Scam Gram - Keep the sharks at bay!

A Consumer Action News Alert • October 2018 •

SCAM GRAM is Consumer Action's monthly e-newsletter alerting you to the dirtiest players in the world of tech fraud, credit card scams, ID theft and general con-artistry. Don't be fooled by liars, cheats and crooks—wise up with SCAM GRAM!

Breach of trust

Facebook users (so, pretty much everyone, unless you're a teen on Snapchat trying to avoid your parents) are a bit freaked out by a massive data breach that began logging them out of their accounts earlier this month. The breach is the largest in the company's history (impacting 50 million), and the question on all our minds is: What happens next? Facebook claims they've fixed the vulnerability, but users should still change their password (and the passwords to any linked accounts, like Instagram, etc.). They shouldn't, however, be worried about the spam-y messages from friends warning them of cloned accounts. (Cloned accounts have always been an issue, but, as of this writing, there's been no increase post-breach.) What you really need to be worried about is "imposter scams," since, in the words of the late, great Notorious B.I.G., scammers now know "what your interests are, who you be with, things to make you smile, what numbers to dial." There is an upside to all the recent breaches, however. The Senate just had a hearing to consider (finally) implementing a national consumer privacy law. (One downside, though: That hearing had zero representation from privacy advocates.) And the hammer is falling on companies that don't treat breaches seriously. Uber (ever the paradigm of ethical business practices) is now paying out "the largest multistate penalty ever levied by state authorities for a data breach" for not only waiting a full year (!!) to disclose a 2016 hack that impacted 57 million, but paying the hackers $100,000 in hush money. Our take: Real consequences for corporations that fail to protect against breaches or inform consumers post-breach is what's gonna keep 'em honest, so call Congress and demand a law at least as strong as this solid one that California just enacted. (And while you're at it, voice your support for the Cali law, which is under attack by companies that would love to see a weaker national law preempt it.)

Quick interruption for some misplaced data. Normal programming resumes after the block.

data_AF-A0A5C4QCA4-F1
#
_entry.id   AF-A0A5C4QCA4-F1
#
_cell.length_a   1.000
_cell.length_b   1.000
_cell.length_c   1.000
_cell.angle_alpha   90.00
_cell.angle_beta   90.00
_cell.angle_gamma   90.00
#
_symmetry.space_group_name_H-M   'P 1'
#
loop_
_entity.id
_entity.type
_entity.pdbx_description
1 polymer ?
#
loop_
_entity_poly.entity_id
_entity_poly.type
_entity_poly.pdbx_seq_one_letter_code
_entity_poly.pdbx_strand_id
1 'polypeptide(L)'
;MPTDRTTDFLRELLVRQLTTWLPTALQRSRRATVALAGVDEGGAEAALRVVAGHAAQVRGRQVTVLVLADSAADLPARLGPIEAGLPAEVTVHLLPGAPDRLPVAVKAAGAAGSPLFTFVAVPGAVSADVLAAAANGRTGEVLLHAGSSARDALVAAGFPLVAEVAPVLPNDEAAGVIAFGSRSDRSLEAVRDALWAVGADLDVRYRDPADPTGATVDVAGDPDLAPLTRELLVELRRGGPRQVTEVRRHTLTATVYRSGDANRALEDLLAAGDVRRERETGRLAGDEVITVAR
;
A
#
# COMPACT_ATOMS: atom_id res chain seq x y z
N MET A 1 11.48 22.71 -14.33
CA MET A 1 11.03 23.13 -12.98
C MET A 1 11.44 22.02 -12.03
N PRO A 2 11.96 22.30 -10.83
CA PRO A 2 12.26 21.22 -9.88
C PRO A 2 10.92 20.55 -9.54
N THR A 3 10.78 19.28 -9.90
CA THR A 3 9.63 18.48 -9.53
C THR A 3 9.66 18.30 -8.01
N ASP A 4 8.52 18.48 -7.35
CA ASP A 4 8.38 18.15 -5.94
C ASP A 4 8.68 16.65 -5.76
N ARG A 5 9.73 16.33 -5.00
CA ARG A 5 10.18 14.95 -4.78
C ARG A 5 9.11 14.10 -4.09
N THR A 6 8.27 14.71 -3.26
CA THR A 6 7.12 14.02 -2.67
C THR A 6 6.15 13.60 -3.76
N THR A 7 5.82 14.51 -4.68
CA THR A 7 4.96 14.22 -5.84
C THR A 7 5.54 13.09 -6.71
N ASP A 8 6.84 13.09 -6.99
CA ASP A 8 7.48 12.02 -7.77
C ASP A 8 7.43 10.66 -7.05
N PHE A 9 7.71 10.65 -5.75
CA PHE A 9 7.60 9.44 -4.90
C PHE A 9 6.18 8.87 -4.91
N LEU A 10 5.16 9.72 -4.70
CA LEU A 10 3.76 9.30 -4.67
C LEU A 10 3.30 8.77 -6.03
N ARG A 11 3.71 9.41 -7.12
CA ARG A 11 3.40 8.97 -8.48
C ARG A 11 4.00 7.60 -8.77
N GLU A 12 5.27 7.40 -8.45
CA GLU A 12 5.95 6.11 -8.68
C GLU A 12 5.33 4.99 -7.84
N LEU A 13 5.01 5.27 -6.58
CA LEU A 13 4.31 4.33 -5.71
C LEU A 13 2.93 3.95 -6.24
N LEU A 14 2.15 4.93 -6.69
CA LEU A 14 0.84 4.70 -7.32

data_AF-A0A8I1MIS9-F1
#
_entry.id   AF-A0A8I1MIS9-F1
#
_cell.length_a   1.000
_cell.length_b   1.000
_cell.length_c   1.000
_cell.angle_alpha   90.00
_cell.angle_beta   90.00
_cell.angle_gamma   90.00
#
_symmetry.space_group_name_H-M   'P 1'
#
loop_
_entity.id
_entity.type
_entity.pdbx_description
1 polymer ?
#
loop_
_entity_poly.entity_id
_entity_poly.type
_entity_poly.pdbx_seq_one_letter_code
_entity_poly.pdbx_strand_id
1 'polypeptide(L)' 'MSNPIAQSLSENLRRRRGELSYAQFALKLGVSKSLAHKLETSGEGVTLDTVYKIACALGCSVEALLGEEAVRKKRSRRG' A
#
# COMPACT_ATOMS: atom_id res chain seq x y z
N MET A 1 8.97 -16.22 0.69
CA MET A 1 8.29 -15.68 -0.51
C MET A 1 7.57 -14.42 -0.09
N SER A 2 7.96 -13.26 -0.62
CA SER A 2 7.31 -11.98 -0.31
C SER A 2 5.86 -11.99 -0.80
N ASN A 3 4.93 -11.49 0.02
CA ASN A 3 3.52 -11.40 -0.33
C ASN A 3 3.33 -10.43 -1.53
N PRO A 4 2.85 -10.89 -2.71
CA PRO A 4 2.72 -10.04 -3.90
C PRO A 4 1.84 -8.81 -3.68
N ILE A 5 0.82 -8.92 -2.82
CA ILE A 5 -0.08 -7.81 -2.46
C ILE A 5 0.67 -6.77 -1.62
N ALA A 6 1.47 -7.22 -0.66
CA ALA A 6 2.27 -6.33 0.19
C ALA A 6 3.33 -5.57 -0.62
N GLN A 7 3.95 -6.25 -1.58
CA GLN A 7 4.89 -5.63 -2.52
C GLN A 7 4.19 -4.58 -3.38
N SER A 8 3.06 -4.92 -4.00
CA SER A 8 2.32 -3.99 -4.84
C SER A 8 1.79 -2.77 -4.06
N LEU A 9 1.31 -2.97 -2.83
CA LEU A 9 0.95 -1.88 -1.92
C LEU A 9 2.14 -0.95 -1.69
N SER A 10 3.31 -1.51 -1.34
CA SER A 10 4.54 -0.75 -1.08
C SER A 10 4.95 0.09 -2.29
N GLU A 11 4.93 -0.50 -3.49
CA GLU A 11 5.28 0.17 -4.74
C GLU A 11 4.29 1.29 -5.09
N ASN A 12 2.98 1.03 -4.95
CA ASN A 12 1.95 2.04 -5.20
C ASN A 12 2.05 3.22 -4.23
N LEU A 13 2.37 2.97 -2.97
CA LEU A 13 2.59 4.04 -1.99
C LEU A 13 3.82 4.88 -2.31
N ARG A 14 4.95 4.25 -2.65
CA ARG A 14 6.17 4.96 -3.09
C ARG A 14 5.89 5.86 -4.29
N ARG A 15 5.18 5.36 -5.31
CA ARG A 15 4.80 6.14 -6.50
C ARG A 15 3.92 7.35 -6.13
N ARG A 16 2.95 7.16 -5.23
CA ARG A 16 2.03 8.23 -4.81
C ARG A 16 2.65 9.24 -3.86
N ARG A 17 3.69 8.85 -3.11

Social (in)Security

Repeat after us: Social Security accounts do not get suspended. Social Security accounts do not get suspended. This is important to remember, since you might be getting a call soon (if you haven't already) from a crook claiming to be with the Social Security Administration (SSA). You could hear a real person on the line, or the call could be automated. It may appear to come from the Washington, DC, area, or a government agency. Either way, the voice on the line is going to tell you that your Social Security account or number has been suspended due to some sort of illegal or suspicious activity and—here's the clincher—that your assets will be frozen if you don't give the caller your personal and/or financial information. (And you know what happens if you go down this dark path: identity theft.) Just to keep you on your toes, SSA scammers sometimes alter their approach and, instead of calling, send an email (using a pretty convincing email address, like "no-reply" directing you to a lookalike website. Either way, it's important to know how to really check on your Social Security funds: If you haven't already, create a "my Social Security" account with the SSA online and you'll be able to check your benefits anytime. Need help? You can call the SSA at 800-772-1213. And if you're contacted by a con artist, it would benefit everyone if you reported it to the SSA Fraud Hotline by phone (800-269-0271) or online.

Uncle Sam wants YOU (to know better)

Electoral knowledge. Officials in various states are warning the public about voter fraud. No, not the type involving one political party gerrymandering districts or suppressing entire demographics (as bad as this is); the type involving calls to collect your voter registration data (i.e., your personal info) in order to commit identity theft (of course!). You may be fired up over recent political happenings, but don't let your frustration lead you to "register" to vote in the November elections with some rando over the phone. Know that legit organizations will never register you based on a phone call. Click here to legitimately register in your state (there's still time in at least half the states, but don't delay). Finally, if someone calls and pressures you about your civic duty, show 'em where they can stick their ballot by hanging up!